miler; and Bill Newcomb, sprinter.
In their place Doherty has George
Kraeger and Bob Gardner in the
field events and Don Sternishain the
sprints. Captain Dave Matthews has
been forsaking his favorite 880-yard
run to fill up that mile slot left vac-
ant by Ingersoll's departure.

olIW
1.;.l

PAHN
AM'ERICAN
FIESTA

SINGLES
Johnson (M) beat Zieman (S) 6-4,
6-2. Lewis (M) beat Beeman (S)
8-6, 7-5. Maxwell (S) beat Dozier
(M) 6-2, 6-1. May (S) beat Bradley
(M) 6-1, 6-1. Wellington (M) beat
Elliot (S) 6-4, 6-2. Boucher (M)
beat Ott (S) 7-5, 6-1.
DOUBLES
Johnson and Bradley (M) beat
May and Maxwell (S) 3-6, 6-3, 6-2.
Beeman and Zieman (S) beat Lewis
and Dozier (M) 7-5, 6-4. Wellington
and Boucher (M) beat Ott and Elliot
(S) 6-8, 8-6, 6-4.
Illini, Big Ten
Matches Await
Varsity Golfers
By JEAN GASKELL
If Jupiter Pluvius is more kind for
th ernainder of be week, the Wol-
verine golfers will be working out
more often than ever to prepare for
their tough finish to the 1943 season
this week-end.
The last Big Ten meet of the year
is scheduled for Saturday with Illi-
nois. Tam O'Shanter, pride of Chi-
cago, will be the scene of the contest,
to be followed on Monday and Tues-
day by the Conference championship
matches. These last matches, the
17th and 18th will have the same
setting.
Michigan Won Last Year
Last year when the Wolverines en-
tertained the Illini here just before
the Big Ten battle, they performed
as good hosts shouldn't, licking the
Indians 211/2-21/2, then went on to
win the Conference title in the next
two days. Jim McCarthy, now Illi-
nois captain, won individual honors
in the Big Ten contest after playing
as Illinois' number five man in the
matches the day before. Gene Mod-
jeska is back with the team, too, but
the Orange and Blue have lost five
lettermen from last year.
After their victory over Ohio State
Monday, 16-8, members of the team
have been counting on a week on
solid practice before their Illini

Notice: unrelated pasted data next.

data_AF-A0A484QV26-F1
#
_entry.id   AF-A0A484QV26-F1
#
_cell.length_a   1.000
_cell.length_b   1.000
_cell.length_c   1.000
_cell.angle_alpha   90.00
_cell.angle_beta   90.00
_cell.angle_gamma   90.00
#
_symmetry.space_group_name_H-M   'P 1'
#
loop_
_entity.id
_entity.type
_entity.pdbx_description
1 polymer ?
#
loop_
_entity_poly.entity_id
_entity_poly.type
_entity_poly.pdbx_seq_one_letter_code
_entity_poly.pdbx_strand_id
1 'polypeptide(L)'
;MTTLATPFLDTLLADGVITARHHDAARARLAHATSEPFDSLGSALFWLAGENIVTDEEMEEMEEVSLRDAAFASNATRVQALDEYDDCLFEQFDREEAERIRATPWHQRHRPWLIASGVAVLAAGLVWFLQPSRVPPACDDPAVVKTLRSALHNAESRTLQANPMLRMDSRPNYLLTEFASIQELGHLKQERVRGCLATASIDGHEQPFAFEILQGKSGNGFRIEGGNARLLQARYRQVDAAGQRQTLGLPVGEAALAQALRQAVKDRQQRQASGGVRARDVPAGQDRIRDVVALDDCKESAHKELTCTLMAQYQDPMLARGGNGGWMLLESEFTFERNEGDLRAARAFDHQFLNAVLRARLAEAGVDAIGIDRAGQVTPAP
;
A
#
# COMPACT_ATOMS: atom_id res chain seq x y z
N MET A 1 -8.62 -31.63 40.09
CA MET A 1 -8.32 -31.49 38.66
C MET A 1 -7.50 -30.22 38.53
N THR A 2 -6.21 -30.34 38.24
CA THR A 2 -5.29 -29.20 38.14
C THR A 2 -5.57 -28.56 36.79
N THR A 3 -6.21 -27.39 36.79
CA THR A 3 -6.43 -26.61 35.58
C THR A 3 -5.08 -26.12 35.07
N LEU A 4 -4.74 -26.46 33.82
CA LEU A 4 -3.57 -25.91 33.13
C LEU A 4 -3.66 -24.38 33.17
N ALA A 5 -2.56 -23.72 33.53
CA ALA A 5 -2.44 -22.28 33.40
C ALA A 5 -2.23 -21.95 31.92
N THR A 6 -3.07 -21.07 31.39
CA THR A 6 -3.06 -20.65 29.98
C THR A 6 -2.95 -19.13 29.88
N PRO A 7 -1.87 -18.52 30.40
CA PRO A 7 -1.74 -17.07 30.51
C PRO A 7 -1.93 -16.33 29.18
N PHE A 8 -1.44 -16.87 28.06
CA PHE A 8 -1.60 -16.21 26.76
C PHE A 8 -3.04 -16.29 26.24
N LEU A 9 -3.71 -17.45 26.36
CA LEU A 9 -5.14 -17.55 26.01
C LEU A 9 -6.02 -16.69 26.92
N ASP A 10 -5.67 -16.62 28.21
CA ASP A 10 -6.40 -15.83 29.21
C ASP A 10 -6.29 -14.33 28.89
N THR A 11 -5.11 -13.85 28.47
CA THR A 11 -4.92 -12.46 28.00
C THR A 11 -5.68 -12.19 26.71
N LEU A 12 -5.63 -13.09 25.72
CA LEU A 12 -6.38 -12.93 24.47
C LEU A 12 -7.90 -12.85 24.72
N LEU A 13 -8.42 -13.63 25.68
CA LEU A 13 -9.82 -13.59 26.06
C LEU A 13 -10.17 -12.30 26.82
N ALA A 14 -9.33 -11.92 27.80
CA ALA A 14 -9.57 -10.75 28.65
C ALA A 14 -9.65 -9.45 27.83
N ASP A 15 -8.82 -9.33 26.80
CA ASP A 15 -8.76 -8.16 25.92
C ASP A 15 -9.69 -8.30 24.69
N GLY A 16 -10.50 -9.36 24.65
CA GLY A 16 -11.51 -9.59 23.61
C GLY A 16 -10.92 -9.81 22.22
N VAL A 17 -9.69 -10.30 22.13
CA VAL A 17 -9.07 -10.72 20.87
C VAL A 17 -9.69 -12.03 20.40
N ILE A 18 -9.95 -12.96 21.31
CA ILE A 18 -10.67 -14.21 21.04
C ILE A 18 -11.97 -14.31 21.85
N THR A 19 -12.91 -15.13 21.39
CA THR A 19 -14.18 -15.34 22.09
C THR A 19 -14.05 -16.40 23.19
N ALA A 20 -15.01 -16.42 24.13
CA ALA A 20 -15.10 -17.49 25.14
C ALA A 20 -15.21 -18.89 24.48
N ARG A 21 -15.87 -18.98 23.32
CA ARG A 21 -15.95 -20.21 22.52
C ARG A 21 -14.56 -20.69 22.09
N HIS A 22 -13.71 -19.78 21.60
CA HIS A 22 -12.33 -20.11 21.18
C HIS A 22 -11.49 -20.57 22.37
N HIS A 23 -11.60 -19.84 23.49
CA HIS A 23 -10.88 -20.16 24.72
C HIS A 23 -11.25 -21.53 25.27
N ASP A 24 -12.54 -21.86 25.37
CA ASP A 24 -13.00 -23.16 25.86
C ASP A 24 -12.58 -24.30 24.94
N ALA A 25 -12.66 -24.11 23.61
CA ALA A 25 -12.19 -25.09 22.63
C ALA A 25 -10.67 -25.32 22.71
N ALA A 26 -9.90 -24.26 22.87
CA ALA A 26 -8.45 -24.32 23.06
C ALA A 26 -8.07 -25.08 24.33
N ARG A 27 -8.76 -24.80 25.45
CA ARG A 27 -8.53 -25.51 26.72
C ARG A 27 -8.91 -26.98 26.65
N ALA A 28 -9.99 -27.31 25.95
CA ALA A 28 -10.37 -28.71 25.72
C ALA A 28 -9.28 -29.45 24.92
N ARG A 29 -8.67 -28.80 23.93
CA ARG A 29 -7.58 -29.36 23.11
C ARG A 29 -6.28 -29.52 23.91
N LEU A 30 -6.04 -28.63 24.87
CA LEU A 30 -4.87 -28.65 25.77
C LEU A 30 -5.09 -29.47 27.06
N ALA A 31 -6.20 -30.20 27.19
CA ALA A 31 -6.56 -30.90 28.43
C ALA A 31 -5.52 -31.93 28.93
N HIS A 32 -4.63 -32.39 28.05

match to make even better prepara-
tions. The team will leave Friday
morning for Chicago, get in practice
rounds in Evanston in the afternoon
for that meet. Then Sunday will
afford another practice opportunity
for the team before Big Ten medal
play starts on Monday.
Each Team Enters Five
Each team in the Conference will
bring five men. Each of the men
plays 72 holes in the two days of
competition. The four lowest scores
for each team are the ones counted,
and the team with the lowest total
score is named Big Ten champ. Indi-
vidual honors are decided, too, by
medal play. The lowest 72 hole score
for one man gives him first place
among all the men.
There will be a meeting of the
M-Club at eight o'clock tonight
in the Union.
-Julius Franks, President
FORDHAM UNIVERSITY
SCHOOL OF LAW
NEW YORK
Case System
Three-Year Day Course

I!

With the unfavorable weather that
Ann Arbor has been experiencing in
the past few days it is very likely that
all of the intramural events sched-
uled for this week will have to be
postponed-for the duration.
Intramural baseball is the sport
that will be the one to suffer the
most because there are still quite
a few games left on the fraternity
schedule that must be played off
this week if the "all-school cham-
pionship" is to be held before fin-
als begin. As it stands now the
winner of the fraternity leagues
will play the champions of the
residence halls group. Lloyd House
of the West Quad has won the
title of their division and is ex-
pected to be a strong foe in the all-
school title battle if it is played.
Sigma Alpha Mu, Sigma Nu and
Zeta Beta Tau of the fraternity
league are expected to be the teams
that will be in there at the finish
battling it out, for their league cham-
pionship.

Intramural track will take over
the spotlight this week if the wea-
ther changes for the better and
the officials at the Intramural
Building expect a turnout that will
be slightly under the one that they
had last year. This meet if held
will be the last of the IM tourna-
ments that will be held at the Uni-
versity until the end of the war.
There will be an Intramural tennis
tournament this week also if enough
players can be persuaded to turn
their entries in at the IM building.
Because of a lack of men to take care
of the courts this meet will be only
held for the residence halls and the
fraternities and only singles matches
will be held.
Golf will have its day also when
the annual meet will be held this
week. It is quite possible due to
adverse weather conditions that
golf might have to be postponed
along with the other IM meets
mentioned. It is requested that all
entries for all sports be in this
afternoon.

yntramural Sport Shots
By SHERWOOD KATZ

4A9 Lo

II

qF qw

r
.
° ° l0

AV-

A

Music

by

BILL SflWYER
featuring
CHILEAN QUARTET
9:00 to 2-00

Is that Long Distance call
EXTREMELY URGENT?
Please . . before you make a Long Distance call . . . ask
yourself: "Is this call really urgent?" If it's not, please
don't iake it, because Long Distance lines-particularly
those to outt-of-state points-are loaded almost to capacity
with wartime calls. More lines can't be added because

F R I DAY',

MAY m4

1p10 per Couple